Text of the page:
• Investigate and bring to justice in fair trials those involved in trafficking of persons.

To the governments of Tunisia, Egypt and Algeria:

  • Keep the borders open to all individuals in need of international protection regardless of whether they have valid travel documents or meet visa requirements.

To governments along the smuggling route:

  • Ensure that any regional co-operation aimed at addressing irregular migration and dismantle smuggling networks fully complies with international law and standards, and does not infringe upon the rights and safety of asylum-seekers and refugees, with particular regard to the right to freedom of movement, the right to asylum, and the absolute prohibition on refoulement.

To militias, armed groups and Libyan authorities:

  • Release anyone detained solely on the basis of their immigration status, nationality, race, religion or ethnicity;
  • Make clear to all those under your command that torture or other ill-treatment, rape and sexual assault will not be tolerated under any circumstances. Remove from the ranks anyone suspected of such abuses;
  • Facilitate visits by independent organizations to immigration detention centres and other places of detention;
  • Ensure that all those deprived of their liberty can communicate regularly with their families and have access to adequate medical care.”

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Filed under Analysis, European Union, Frontex, Libya, Mediterranean, Reports, United Nations

AI Report: S.O.S. Europe – Human Rights and Migration Control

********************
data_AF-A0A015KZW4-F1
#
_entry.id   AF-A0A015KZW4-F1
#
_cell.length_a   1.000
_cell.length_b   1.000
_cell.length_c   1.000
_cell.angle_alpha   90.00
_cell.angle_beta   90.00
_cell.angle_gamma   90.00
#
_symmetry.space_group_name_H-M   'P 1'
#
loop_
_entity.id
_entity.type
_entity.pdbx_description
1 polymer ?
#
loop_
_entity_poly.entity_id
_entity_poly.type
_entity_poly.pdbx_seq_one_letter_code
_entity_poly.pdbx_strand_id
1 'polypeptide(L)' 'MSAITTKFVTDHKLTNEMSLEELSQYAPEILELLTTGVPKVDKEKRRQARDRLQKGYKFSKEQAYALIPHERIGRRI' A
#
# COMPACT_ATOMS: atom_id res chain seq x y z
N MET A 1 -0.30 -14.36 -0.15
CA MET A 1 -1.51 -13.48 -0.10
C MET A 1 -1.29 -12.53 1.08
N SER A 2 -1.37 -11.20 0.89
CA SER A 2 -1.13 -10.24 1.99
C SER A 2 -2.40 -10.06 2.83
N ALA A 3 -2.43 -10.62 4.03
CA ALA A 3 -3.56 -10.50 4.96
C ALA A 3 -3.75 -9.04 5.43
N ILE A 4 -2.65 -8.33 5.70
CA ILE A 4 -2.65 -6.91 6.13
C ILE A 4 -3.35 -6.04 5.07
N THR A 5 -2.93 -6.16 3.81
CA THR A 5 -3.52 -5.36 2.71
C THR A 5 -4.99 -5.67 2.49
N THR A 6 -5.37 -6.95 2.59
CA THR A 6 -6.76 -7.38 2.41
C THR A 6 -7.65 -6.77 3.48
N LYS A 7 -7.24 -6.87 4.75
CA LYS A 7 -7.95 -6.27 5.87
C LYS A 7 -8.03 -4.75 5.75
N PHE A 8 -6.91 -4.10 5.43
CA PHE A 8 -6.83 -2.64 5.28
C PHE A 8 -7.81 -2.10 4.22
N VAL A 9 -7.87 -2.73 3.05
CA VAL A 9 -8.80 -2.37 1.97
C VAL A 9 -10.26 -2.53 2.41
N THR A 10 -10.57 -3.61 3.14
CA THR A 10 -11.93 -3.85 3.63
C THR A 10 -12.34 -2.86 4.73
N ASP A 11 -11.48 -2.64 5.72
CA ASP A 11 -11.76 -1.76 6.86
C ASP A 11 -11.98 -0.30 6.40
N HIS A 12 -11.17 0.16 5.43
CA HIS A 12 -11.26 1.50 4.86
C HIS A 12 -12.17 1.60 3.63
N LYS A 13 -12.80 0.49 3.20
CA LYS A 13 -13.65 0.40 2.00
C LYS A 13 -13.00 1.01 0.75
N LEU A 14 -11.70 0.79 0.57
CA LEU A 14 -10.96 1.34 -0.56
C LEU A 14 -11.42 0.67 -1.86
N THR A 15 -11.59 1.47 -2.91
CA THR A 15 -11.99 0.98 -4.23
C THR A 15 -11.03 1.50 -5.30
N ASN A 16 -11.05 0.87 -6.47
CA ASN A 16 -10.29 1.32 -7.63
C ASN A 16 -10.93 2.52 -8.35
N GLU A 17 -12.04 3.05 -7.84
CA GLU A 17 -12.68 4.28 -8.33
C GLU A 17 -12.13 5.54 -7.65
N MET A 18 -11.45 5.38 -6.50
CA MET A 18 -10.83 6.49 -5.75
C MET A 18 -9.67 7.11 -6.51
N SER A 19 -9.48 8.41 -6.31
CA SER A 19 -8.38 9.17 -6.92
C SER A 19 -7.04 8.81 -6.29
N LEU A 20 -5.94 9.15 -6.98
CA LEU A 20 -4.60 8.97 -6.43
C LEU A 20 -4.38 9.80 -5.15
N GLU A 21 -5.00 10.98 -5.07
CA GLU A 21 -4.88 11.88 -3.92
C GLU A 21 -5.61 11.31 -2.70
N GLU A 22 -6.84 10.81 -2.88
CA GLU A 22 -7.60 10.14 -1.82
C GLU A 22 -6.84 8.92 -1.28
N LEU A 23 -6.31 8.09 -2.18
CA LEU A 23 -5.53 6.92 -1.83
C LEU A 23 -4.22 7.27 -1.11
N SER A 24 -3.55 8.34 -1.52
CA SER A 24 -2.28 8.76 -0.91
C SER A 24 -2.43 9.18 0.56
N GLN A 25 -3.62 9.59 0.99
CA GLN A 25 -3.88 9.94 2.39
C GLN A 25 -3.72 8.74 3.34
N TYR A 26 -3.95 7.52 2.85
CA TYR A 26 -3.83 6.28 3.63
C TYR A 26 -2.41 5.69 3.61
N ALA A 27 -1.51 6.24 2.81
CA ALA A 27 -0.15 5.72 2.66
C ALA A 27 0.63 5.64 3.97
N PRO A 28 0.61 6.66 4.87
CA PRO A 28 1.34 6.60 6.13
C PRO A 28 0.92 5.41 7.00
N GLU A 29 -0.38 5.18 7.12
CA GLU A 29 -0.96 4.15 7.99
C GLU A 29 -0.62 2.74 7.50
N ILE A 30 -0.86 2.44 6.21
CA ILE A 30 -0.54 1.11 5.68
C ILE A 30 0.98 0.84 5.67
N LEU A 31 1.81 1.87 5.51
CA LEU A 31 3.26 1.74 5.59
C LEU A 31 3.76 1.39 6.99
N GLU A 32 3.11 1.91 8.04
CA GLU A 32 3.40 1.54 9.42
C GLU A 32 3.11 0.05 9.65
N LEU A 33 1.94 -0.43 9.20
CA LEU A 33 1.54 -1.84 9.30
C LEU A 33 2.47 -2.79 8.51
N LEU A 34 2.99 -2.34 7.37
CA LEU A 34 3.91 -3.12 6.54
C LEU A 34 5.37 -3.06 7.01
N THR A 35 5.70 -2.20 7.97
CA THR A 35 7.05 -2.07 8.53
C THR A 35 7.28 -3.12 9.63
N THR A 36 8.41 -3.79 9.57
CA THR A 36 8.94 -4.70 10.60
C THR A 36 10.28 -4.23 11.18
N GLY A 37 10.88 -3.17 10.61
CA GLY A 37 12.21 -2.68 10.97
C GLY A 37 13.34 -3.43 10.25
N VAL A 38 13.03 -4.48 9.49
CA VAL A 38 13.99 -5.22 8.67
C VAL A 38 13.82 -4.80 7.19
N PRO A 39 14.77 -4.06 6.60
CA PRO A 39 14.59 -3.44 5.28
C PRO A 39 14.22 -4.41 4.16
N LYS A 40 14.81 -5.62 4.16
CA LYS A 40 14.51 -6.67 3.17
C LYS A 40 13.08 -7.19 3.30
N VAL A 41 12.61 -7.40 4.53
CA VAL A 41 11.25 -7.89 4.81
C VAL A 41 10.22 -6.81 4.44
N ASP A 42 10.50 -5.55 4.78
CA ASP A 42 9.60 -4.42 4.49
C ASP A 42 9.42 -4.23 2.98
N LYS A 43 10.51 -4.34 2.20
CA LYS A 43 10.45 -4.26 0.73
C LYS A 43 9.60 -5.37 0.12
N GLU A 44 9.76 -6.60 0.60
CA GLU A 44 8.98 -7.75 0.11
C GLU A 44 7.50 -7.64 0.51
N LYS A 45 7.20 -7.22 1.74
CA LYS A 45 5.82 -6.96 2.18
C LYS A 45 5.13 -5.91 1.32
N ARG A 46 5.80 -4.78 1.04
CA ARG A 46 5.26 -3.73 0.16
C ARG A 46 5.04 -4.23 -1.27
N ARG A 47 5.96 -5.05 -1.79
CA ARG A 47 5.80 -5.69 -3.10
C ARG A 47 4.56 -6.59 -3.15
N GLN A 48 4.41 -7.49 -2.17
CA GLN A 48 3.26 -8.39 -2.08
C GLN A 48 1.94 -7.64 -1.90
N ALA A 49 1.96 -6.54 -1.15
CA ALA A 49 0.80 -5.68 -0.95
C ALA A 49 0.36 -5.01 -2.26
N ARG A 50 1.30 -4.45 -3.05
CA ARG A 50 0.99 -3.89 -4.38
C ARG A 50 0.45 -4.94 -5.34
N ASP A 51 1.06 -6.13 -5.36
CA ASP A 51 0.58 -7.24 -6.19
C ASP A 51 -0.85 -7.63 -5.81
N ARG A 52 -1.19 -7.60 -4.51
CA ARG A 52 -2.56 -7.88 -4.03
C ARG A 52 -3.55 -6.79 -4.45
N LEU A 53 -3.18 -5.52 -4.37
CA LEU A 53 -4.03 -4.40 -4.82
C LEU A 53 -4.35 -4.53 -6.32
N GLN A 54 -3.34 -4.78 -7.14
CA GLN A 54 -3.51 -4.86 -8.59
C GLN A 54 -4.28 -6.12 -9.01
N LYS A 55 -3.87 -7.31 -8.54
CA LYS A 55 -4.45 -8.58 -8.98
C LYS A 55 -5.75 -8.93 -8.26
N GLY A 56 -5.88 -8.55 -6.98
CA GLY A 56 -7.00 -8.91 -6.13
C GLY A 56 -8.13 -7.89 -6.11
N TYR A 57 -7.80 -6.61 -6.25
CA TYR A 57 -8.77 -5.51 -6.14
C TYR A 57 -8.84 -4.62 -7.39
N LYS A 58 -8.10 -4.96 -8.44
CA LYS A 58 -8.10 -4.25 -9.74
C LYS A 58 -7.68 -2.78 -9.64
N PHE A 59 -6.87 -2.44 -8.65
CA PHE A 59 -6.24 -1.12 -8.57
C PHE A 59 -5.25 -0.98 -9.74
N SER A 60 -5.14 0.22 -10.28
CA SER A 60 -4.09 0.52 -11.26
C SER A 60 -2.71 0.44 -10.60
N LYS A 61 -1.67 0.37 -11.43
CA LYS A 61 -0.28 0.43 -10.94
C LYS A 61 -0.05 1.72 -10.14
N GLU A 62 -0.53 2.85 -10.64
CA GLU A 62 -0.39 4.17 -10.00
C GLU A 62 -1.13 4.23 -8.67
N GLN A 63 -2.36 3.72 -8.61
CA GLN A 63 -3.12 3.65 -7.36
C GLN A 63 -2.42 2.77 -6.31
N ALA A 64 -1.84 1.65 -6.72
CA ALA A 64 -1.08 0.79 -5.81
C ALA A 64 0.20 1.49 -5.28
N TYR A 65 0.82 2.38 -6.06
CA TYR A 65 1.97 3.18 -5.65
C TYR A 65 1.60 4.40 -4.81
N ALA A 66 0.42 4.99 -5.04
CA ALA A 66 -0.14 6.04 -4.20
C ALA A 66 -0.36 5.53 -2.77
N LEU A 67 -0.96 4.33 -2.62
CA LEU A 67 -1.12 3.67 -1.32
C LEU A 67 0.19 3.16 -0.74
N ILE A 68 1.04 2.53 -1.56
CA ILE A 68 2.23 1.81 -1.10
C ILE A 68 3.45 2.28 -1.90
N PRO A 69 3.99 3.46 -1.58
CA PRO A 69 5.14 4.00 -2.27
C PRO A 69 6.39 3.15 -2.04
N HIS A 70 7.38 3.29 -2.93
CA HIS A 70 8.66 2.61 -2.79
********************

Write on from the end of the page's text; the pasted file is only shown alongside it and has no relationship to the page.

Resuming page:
Amnesty International today has released a report, “S.O.S. Europe: Human Rights and Migration Control,” examining “the human rights consequences for migrants, refugees and asylum-seekers that have occurred in the context of Italy’s migration agreements with Libya.”

The Report is accompanied by the “the launch of Amnesty International’s ‘When you don’t exist campaign‘, which … seeks to hold to account any European country which violates human rights in enforcing migration controls. When you don’t exist aims to defend the rights of migrants, refugees and asylum-seekers in Europe and around its borders. …  Today, Europe is failing to promote and respect the rights of migrants, asylum-seekers and refugees. Hostility is widespread and mistreatment often goes unreported. As long as people on the move are invisible, they are vulnerable to abuse. Find out more at www.whenyoudontexist.eu.”

Excerpts from S.O.S. Europe Report:


Over the last decade, European countries have increasingly sought to prevent people from reaching Europe by boat from Africa, and have “externalized” elements of their border and immigration control. …

European externalization measures are usually based on bilateral agreements between individual countries in Europe and Africa. Many European countries have such agreements, but the majority do not publicize the details. For example, Italy has co-operation agreements in the field of “migration and security” with Egypt, Gambia, Ghana, Morocco, Niger, Nigeria, Senegal and Tunisia,2 while Spain has co-operation agreements on migration with Cape Verde, Gambia, Guinea, Guinea-Bissau, Mali and Mauritania.3

At another level, the European Union (EU) engages directly with countries in North and West Africa on migration control, using political dialogue and a variety of mechanisms and financial instruments. For example in 2010, the European Commission agreed a cooperation agenda on migration with Libya, which was suspended when conflict erupted in 2011. Since the end of the conflict, however, dialogue between the EU and Libya on migration issues has resumed.